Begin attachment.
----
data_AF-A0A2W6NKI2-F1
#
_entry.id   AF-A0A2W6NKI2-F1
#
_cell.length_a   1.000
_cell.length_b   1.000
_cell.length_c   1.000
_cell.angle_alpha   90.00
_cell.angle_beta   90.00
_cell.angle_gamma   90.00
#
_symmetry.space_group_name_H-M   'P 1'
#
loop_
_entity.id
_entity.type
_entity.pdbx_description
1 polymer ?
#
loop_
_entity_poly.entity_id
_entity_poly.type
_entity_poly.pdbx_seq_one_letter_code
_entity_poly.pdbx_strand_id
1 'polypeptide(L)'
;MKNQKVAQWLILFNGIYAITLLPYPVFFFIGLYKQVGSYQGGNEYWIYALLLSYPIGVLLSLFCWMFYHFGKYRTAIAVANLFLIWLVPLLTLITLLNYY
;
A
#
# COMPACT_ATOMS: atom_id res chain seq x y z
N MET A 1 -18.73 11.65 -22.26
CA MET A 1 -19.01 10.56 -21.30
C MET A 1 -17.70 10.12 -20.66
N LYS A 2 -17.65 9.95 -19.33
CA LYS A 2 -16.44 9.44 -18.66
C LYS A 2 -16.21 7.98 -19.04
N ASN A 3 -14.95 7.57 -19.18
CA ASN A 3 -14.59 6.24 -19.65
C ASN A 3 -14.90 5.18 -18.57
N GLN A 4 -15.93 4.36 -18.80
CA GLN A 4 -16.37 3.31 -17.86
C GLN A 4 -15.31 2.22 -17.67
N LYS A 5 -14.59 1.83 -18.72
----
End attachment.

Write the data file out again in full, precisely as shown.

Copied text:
data_AF-A0A2W6NKI2-F1
#
_entry.id   AF-A0A2W6NKI2-F1
#
_cell.length_a   1.000
_cell.length_b   1.000
_cell.length_c   1.000
_cell.angle_alpha   90.00
_cell.angle_beta   90.00
_cell.angle_gamma   90.00
#
_symmetry.space_group_name_H-M   'P 1'
#
loop_
_entity.id
_entity.type
_entity.pdbx_description
1 polymer ?
#
loop_
_entity_poly.entity_id
_entity_poly.type
_entity_poly.pdbx_seq_one_letter_code
_entity_poly.pdbx_strand_id
1 'polypeptide(L)'
;MKNQKVAQWLILFNGIYAITLLPYPVFFFIGLYKQVGSYQGGNEYWIYALLLSYPIGVLLSLFCWMFYHFGKYRTAIAVANLFLIWLVPLLTLITLLNYY
;
A
#
# COMPACT_ATOMS: atom_id res chain seq x y z
N MET A 1 -18.73 11.65 -22.26
CA MET A 1 -19.01 10.56 -21.30
C MET A 1 -17.70 10.12 -20.66
N LYS A 2 -17.65 9.95 -19.33
CA LYS A 2 -16.44 9.44 -18.66
C LYS A 2 -16.21 7.98 -19.04
N ASN A 3 -14.95 7.57 -19.18
CA ASN A 3 -14.59 6.24 -19.65
C ASN A 3 -14.90 5.18 -18.57
N GLN A 4 -15.93 4.36 -18.80
CA GLN A 4 -16.37 3.31 -17.86
C GLN A 4 -15.31 2.22 -17.67
N LYS A 5 -14.59 1.83 -18.72